Finally, AI confirmed that the disk image that had been delivered to the camp the day before the attack contained code that would bricked the crawlers entirely. It was this that seemed most threatening to everyone. While speculation was rife, AI suggested it was all an inside job. Pulling together all the pertinent fallout, it announced that the attempted bomb attack a few days prior — where Franklin shot the woman approaching the team’s utility truck — was part of this whole game. Thus, AI suggested that the parts driver had chosen the village as the exchange point to set up the senior technician. Further, the parts delivery driver had received a sudden boost in income without a change in salary. His supervisor was also spending more than he made on the contract.

Tim turned to look at Ned. “Why in the hell would someone on contract make common cause with the rebels? Where did the rebels get that kind of money, both the bribes and all those expensive arms, and then to have gotten their hands on the software upgrade and rewrite it? It’s making my head spin.”

Ned typed in another query. The answer came in stages, probably to show how AI arrived at it. The state forensic database had offered hints to the type of crime: Someone on the inside was skimming on the contract. To increase their take, they tried to make the contract more expensive by activating emergency clauses that would kick in with serious combat losses. If the rebels were suddenly more dangerous, the Coalition would have to increase the payout for better security, more equipment and personnel, which in turn would have to come from the petroleum companies. While it’s possible the Coalition would choose more uniformed troops for the job of increased security, politics made that unlikely.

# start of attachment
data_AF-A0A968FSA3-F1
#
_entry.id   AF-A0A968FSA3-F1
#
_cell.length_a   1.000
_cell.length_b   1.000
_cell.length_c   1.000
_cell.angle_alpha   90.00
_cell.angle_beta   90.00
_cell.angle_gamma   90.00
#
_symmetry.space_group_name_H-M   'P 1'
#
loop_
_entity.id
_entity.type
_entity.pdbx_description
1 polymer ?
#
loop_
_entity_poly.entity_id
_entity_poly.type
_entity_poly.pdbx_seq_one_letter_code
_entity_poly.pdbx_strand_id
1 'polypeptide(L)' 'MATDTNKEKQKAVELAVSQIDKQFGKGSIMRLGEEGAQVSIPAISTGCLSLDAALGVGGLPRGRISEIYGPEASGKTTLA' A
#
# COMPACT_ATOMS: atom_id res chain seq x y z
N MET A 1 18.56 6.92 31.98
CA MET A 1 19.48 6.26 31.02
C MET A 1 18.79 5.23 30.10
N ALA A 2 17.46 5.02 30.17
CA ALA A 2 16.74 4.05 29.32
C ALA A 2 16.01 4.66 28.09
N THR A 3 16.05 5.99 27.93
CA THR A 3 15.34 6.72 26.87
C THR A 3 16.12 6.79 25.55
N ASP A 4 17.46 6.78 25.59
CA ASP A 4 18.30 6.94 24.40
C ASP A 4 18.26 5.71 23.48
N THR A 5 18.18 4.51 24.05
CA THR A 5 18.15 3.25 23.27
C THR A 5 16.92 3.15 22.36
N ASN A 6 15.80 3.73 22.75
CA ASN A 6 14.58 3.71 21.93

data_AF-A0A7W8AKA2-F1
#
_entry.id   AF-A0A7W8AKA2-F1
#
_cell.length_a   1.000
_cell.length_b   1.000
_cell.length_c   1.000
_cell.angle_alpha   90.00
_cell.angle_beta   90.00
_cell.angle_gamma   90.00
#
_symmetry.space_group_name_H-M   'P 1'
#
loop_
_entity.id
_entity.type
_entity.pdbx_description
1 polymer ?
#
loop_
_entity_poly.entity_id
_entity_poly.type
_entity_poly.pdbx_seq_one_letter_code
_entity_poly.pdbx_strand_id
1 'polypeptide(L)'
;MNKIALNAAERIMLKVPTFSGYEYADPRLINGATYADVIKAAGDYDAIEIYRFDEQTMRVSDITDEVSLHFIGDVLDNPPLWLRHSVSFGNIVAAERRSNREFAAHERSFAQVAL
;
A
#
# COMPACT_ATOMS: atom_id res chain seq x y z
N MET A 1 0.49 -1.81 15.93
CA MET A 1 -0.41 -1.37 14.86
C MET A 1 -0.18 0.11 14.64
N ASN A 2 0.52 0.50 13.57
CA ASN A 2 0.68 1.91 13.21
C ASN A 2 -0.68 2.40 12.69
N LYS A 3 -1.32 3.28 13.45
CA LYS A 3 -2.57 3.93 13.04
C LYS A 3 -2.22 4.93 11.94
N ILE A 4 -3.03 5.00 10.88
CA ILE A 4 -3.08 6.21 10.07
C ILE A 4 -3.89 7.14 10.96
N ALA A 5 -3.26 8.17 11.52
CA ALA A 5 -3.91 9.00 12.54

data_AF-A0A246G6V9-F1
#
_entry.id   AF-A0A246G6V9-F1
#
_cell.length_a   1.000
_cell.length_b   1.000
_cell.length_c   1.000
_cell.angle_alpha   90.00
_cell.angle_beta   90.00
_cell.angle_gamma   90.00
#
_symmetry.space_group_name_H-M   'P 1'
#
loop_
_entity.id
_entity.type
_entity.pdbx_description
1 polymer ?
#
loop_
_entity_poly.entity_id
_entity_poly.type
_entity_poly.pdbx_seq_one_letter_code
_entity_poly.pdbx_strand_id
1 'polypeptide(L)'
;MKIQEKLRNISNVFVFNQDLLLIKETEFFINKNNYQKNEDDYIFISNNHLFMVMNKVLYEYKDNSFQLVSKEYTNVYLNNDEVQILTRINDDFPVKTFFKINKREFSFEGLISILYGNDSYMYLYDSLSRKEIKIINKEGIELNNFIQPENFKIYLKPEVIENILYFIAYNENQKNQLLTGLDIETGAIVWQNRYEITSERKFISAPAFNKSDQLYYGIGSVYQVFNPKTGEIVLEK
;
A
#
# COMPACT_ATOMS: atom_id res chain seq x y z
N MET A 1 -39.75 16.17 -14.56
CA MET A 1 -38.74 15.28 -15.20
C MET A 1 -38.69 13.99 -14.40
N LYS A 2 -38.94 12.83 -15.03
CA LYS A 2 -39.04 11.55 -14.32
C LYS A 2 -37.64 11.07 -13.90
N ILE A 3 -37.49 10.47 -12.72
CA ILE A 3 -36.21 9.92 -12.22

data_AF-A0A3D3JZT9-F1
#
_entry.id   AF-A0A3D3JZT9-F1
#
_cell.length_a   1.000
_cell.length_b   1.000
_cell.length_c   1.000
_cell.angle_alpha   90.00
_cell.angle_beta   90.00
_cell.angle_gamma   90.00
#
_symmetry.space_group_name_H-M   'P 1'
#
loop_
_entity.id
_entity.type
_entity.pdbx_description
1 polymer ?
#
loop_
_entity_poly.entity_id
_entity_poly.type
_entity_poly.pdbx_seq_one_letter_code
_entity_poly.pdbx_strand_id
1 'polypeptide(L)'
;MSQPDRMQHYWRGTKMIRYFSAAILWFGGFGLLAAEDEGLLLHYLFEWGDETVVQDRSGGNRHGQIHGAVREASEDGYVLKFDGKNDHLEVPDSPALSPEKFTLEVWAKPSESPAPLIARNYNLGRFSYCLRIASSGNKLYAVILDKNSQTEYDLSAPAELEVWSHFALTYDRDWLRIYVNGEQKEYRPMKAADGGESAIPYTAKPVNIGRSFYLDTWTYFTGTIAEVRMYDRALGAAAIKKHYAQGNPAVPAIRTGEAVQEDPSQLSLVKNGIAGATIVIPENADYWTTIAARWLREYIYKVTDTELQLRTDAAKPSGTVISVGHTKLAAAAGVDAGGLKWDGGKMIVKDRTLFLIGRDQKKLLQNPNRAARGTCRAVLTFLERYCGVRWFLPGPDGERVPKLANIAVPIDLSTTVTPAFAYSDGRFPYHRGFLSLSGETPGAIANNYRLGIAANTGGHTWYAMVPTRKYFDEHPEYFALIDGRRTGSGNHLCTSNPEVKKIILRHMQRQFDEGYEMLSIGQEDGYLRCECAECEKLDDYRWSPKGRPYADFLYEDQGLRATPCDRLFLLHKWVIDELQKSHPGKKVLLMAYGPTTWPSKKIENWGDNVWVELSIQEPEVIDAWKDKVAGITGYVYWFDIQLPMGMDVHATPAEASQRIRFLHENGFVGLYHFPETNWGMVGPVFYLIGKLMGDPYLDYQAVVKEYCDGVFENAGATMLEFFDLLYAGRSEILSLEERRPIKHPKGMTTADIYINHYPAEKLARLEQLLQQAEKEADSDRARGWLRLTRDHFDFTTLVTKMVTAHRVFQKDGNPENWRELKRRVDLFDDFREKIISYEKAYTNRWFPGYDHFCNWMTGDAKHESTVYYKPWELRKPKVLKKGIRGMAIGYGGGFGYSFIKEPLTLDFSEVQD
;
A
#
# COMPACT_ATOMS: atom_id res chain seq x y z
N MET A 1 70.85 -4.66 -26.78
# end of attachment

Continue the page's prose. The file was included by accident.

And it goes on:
What AI couldn’t do at this point was find the culprit. Too many corporate officers hid their banking offshore. Instead, it offered a list of those who were in a position to do this kind of stuff.

About Ed Hurst

Disabled Veteran, prophet of God's Laws, Bible History teacher, wannabe writer, volunteer computer technician, cyclist, Social Science researcher